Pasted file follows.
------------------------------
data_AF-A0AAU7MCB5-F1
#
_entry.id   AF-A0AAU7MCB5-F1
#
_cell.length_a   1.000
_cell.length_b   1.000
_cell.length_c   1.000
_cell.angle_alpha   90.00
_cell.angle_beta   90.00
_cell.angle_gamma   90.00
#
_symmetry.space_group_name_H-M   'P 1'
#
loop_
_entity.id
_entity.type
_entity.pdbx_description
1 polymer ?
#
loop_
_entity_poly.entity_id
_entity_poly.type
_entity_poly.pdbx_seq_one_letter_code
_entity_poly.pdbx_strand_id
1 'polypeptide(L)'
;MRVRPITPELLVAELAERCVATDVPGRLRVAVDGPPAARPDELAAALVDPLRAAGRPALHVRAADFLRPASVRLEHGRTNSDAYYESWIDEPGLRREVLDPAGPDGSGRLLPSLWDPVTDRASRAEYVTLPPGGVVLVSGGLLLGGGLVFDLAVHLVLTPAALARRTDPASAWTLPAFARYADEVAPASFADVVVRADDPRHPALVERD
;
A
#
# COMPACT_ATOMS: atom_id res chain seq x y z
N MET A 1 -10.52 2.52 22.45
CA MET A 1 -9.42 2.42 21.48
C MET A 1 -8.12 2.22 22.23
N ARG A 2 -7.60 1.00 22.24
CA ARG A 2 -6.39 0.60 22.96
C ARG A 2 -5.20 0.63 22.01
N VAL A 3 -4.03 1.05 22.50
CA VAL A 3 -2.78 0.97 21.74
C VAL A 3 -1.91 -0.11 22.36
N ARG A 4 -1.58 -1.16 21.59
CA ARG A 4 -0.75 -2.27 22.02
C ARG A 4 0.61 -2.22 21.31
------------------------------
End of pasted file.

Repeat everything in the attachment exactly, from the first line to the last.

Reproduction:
data_AF-A0AAU7MCB5-F1
#
_entry.id   AF-A0AAU7MCB5-F1
#
_cell.length_a   1.000
_cell.length_b   1.000
_cell.length_c   1.000
_cell.angle_alpha   90.00
_cell.angle_beta   90.00
_cell.angle_gamma   90.00
#
_symmetry.space_group_name_H-M   'P 1'
#
loop_
_entity.id
_entity.type
_entity.pdbx_description
1 polymer ?
#
loop_
_entity_poly.entity_id
_entity_poly.type
_entity_poly.pdbx_seq_one_letter_code
_entity_poly.pdbx_strand_id
1 'polypeptide(L)'
;MRVRPITPELLVAELAERCVATDVPGRLRVAVDGPPAARPDELAAALVDPLRAAGRPALHVRAADFLRPASVRLEHGRTNSDAYYESWIDEPGLRREVLDPAGPDGSGRLLPSLWDPVTDRASRAEYVTLPPGGVVLVSGGLLLGGGLVFDLAVHLVLTPAALARRTDPASAWTLPAFARYADEVAPASFADVVVRADDPRHPALVERD
;
A
#
# COMPACT_ATOMS: atom_id res chain seq x y z
N MET A 1 -10.52 2.52 22.45
CA MET A 1 -9.42 2.42 21.48
C MET A 1 -8.12 2.22 22.23
N ARG A 2 -7.60 1.00 22.24
CA ARG A 2 -6.39 0.60 22.96
C ARG A 2 -5.20 0.63 22.01
N VAL A 3 -4.03 1.05 22.50
CA VAL A 3 -2.78 0.97 21.74
C VAL A 3 -1.91 -0.11 22.36
N ARG A 4 -1.58 -1.16 21.59
CA ARG A 4 -0.75 -2.27 22.02
C ARG A 4 0.61 -2.22 21.31